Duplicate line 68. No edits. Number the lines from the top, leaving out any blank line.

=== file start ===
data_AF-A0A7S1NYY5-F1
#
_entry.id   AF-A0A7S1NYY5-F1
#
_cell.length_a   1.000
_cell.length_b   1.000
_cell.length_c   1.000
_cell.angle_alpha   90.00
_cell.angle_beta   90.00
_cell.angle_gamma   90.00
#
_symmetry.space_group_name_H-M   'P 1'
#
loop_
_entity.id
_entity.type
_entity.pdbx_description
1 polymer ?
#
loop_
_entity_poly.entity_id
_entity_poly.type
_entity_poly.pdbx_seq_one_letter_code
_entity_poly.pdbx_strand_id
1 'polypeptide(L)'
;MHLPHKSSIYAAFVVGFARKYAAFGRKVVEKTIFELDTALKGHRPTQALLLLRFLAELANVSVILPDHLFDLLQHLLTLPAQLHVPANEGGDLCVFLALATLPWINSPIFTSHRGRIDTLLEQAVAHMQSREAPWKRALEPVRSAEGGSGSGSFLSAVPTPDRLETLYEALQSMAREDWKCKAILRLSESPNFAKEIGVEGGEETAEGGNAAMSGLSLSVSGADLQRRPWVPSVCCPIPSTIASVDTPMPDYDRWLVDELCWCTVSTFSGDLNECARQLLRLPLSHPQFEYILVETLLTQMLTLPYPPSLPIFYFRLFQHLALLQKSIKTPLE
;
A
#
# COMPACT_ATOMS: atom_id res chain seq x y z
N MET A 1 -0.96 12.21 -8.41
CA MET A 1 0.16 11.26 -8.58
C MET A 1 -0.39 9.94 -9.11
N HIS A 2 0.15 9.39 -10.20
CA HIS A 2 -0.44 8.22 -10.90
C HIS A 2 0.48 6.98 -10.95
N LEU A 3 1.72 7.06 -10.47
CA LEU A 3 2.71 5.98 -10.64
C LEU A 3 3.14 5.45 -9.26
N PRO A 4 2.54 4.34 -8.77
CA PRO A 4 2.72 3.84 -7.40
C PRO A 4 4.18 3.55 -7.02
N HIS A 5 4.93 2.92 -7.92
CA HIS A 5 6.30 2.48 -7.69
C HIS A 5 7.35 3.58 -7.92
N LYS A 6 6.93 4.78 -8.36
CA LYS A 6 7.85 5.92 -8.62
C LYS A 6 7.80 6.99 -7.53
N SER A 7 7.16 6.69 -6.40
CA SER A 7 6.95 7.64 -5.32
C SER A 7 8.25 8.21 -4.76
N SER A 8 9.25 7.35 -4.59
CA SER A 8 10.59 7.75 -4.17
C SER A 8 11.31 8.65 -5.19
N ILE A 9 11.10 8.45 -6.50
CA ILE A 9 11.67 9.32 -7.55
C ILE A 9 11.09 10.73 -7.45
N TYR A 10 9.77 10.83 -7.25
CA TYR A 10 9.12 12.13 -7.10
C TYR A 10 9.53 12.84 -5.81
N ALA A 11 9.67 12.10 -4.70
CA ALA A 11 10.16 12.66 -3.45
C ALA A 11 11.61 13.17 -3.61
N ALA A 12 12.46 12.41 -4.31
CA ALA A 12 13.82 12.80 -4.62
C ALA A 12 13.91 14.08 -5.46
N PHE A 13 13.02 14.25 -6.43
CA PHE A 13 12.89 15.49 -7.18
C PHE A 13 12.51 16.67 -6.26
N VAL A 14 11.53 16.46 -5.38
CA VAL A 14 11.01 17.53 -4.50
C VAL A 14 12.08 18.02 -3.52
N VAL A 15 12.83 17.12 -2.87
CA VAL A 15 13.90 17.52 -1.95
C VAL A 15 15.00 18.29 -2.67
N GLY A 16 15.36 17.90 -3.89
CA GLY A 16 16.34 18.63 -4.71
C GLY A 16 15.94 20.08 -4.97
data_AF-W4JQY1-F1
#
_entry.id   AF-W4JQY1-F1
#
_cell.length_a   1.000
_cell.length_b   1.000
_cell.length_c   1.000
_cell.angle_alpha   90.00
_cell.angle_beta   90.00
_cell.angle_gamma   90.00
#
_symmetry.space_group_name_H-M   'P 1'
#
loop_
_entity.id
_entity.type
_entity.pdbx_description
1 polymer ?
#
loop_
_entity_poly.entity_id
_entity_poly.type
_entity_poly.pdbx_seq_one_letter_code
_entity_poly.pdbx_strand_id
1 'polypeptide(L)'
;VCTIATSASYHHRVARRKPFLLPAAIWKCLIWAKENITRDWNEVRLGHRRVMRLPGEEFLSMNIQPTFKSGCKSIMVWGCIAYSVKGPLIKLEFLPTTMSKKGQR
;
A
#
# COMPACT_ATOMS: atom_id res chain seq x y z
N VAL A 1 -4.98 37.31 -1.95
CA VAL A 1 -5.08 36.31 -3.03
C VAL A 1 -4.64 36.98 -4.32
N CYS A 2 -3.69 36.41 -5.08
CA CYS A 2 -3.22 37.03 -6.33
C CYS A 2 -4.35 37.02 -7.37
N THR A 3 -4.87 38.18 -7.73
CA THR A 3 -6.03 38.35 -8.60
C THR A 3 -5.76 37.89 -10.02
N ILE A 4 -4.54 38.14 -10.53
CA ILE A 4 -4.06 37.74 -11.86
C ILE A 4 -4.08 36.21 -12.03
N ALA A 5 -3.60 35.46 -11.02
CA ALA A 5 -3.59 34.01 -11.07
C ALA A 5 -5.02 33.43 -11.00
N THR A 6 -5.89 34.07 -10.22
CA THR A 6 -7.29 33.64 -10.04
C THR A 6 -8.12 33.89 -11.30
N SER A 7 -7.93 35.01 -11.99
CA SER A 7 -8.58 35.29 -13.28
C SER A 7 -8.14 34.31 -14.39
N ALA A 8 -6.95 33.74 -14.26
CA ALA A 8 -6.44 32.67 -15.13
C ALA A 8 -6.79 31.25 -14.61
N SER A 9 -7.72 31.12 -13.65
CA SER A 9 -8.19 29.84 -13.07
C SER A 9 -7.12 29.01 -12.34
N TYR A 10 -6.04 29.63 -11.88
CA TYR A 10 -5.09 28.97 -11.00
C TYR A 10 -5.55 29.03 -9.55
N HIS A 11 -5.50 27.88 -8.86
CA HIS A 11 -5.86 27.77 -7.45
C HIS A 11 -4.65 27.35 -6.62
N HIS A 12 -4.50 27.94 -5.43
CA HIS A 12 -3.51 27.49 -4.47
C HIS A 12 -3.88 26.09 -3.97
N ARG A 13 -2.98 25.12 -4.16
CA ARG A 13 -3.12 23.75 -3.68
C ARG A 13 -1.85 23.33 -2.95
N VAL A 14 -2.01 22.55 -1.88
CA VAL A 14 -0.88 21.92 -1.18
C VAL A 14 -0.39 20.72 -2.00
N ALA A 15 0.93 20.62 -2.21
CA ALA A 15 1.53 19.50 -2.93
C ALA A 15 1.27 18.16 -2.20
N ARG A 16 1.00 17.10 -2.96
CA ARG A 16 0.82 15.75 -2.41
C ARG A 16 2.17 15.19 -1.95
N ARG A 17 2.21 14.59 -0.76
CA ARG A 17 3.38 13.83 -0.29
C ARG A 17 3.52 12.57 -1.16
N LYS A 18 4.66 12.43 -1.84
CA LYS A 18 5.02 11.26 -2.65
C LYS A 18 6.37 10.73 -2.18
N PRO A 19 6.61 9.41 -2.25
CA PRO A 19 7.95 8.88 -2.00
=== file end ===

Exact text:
CA PHE A 13 12.89 15.49 -7.18